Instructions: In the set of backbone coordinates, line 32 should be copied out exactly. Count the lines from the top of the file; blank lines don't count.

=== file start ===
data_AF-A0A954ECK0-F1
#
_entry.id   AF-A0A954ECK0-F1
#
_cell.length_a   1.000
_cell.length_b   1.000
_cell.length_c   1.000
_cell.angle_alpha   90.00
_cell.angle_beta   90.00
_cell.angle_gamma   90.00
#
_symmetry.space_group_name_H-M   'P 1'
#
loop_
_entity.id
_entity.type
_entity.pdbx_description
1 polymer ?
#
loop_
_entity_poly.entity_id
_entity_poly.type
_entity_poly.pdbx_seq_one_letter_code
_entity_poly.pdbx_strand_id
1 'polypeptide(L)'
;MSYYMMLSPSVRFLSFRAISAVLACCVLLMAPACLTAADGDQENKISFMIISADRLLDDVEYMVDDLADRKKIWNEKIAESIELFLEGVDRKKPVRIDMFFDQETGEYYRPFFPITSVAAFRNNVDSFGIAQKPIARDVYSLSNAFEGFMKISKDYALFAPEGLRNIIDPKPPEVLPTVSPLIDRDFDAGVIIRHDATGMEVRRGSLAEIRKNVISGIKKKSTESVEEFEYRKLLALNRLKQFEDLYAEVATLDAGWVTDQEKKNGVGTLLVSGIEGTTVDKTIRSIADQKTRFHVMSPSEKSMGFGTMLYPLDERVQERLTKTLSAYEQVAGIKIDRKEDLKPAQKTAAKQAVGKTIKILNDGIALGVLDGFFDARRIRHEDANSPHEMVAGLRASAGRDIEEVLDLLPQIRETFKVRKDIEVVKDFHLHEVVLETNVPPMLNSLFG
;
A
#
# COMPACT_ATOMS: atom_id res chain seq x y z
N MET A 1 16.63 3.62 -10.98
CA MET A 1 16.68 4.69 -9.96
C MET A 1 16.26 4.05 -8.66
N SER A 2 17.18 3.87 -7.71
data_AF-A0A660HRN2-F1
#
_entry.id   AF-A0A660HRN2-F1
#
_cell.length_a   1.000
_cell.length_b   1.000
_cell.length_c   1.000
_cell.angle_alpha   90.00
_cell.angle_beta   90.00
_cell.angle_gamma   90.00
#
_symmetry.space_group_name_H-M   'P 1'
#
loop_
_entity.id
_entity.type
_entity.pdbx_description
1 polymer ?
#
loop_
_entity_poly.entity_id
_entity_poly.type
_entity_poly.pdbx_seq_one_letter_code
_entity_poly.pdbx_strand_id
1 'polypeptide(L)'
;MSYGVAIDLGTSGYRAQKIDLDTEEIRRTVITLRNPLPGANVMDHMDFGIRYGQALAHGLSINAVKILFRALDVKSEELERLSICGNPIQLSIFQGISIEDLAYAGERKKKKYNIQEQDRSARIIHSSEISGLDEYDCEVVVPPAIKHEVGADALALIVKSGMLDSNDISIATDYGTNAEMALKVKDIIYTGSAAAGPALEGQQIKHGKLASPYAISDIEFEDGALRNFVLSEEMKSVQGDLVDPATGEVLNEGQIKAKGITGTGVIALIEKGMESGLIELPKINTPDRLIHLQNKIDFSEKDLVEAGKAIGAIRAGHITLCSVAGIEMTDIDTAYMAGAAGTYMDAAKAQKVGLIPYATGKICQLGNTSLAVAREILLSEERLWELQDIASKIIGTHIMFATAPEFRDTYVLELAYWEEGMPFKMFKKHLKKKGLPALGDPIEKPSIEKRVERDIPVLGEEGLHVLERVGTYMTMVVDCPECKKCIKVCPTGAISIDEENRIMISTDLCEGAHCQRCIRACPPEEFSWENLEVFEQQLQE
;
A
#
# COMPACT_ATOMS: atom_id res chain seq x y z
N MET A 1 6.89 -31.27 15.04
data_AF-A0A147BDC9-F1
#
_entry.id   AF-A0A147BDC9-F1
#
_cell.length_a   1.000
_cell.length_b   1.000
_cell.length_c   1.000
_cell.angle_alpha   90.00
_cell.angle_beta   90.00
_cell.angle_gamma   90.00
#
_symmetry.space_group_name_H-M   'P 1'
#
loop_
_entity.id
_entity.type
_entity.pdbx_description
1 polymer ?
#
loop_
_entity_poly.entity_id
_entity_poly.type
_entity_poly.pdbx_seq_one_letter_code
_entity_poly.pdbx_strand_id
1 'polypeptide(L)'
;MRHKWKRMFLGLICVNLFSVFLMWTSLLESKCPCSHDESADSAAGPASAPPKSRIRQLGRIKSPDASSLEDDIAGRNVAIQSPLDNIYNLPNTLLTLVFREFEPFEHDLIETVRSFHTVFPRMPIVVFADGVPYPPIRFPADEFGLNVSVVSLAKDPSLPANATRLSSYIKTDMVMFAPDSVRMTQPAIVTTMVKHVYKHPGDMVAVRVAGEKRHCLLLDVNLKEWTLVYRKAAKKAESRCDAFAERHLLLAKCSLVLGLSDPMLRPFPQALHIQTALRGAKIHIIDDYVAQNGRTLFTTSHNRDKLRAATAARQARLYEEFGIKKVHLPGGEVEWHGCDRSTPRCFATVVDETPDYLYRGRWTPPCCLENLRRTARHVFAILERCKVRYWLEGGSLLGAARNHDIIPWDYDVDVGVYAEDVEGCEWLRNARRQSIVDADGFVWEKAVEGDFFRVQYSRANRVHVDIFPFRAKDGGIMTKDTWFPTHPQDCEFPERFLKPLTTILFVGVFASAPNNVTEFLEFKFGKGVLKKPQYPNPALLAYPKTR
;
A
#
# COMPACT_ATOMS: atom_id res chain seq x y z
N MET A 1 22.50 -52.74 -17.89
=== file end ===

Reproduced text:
CA MET A 1 16.68 4.69 -9.96